As you might imagine, this is a question clients ask us often. A rule of thumb is the “4% rule”.
This means on a £100,000 pot you would withdraw £4,000 and increase the withdrawals each year with inflation. Taking any more runs the risk of the pot dwindling and running dry within 30 years.
We do not rely on rules of thumb and the ultimate answer depends on a variety of things.
What are the withdrawals for?
If you need the money to pay for discretionary spending, like holidays. You may be able to withdraw less next year than this year and still be comfortable. Being able to do this could increase the amount you can take.
This contrasts with needing to fund unavoidable spending such as council tax.
Do you want the withdrawals to increase every year?
Studies have shown spending in retirement increases by less than inflation. None of us is average and looking deeper reveals some valuable information.
Essential spending rises in line with inflation throughout retirement. Discretionary spending does not. The nature of discretionary spending also changes over time. Regular smaller items of spending are typically replaced by less frequent, larger ones.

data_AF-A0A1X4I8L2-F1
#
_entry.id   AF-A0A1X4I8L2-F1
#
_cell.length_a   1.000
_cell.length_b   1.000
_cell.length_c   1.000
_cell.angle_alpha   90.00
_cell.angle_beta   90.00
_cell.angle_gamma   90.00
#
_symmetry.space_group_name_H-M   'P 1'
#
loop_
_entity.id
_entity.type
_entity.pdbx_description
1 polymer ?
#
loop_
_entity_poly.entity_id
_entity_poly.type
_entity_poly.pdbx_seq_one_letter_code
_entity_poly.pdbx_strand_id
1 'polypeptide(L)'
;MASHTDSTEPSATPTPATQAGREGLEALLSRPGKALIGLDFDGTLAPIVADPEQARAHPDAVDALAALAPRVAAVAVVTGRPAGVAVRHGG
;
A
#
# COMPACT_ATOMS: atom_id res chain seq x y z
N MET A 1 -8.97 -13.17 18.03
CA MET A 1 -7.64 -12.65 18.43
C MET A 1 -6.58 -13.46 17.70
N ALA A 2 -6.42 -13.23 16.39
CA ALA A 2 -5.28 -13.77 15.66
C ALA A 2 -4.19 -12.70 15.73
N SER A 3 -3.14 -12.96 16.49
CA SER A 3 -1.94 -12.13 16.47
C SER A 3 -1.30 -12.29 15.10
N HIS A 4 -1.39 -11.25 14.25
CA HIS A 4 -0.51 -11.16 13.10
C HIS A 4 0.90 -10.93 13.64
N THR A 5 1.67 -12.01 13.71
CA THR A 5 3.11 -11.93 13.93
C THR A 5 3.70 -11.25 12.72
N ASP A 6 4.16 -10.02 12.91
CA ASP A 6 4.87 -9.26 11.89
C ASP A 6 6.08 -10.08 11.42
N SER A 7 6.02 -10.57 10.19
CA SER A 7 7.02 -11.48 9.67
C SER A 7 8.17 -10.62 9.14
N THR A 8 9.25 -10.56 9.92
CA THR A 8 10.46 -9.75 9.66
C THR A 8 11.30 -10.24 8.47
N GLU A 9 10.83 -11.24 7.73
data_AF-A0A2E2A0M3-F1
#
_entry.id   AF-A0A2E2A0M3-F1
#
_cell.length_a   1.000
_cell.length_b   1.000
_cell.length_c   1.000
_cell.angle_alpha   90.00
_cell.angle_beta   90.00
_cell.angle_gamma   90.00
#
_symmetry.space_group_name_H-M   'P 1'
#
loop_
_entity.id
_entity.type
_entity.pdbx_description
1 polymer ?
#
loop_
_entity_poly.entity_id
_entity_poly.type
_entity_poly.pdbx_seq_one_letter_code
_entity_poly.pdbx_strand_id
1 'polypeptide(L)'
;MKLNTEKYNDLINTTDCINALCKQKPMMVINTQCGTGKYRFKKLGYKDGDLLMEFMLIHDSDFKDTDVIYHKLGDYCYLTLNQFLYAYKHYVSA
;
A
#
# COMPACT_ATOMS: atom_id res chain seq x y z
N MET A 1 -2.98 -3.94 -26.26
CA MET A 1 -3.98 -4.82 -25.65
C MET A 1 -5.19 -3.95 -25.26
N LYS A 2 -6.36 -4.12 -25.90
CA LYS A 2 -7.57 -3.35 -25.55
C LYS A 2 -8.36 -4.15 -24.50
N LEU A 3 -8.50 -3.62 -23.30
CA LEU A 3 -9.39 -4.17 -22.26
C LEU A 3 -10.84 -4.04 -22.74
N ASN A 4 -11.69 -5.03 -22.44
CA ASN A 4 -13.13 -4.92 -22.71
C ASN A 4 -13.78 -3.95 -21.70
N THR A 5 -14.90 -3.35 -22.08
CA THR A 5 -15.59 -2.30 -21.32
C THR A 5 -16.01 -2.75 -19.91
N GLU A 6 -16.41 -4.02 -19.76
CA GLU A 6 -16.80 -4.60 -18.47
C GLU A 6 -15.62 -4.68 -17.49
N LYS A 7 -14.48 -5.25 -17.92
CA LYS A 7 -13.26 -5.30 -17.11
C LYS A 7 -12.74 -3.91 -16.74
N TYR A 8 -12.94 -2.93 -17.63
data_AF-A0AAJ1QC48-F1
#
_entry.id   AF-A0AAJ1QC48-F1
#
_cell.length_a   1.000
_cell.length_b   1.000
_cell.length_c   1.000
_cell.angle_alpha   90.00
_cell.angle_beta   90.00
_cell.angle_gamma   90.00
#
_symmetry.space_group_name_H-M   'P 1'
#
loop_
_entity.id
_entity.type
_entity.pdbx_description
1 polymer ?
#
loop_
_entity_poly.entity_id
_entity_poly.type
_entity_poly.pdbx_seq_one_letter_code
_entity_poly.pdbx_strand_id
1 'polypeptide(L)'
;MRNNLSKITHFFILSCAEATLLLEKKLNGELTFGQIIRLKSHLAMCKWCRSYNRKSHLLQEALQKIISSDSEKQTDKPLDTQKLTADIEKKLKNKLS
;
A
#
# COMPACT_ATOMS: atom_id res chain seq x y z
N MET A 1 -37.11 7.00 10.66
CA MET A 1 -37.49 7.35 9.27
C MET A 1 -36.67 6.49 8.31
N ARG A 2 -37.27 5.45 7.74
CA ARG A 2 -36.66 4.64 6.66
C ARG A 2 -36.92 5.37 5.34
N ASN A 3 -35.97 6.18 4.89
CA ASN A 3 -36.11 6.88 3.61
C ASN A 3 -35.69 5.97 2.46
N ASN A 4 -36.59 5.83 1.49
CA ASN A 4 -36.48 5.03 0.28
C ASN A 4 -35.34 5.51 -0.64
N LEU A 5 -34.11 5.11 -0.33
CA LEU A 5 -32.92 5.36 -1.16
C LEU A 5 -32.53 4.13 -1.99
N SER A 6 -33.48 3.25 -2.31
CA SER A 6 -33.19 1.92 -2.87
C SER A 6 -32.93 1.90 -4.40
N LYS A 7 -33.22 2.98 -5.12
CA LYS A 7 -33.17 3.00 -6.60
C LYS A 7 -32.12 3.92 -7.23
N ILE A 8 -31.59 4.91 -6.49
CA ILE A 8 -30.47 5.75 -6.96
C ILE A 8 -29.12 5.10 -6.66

How long do you want the income to last for?
If you expect your retirement to last 20 years you can increase the amount you withdraw. The same applies if it will be longer, but you do not care if you have any savings left after this.
If you retire early and are expecting a 40-year retirement, you should withdraw less.
How much risk will you take with the pot?
The ultimate determinant of how much you can get out of your pot is how much it grows each year. Someone with a pot which is growing by 7% pa can take more than one growing by 4% pa.
Many studies link returns over the long term to the level of short-term risk you take with the money. It is not a case of taking as much risk as possible as we have covered in earlier posts. You need to take as much risk as is suitable for you. This reduces the chance of the ups and downs of the markets reducing how long your income could last.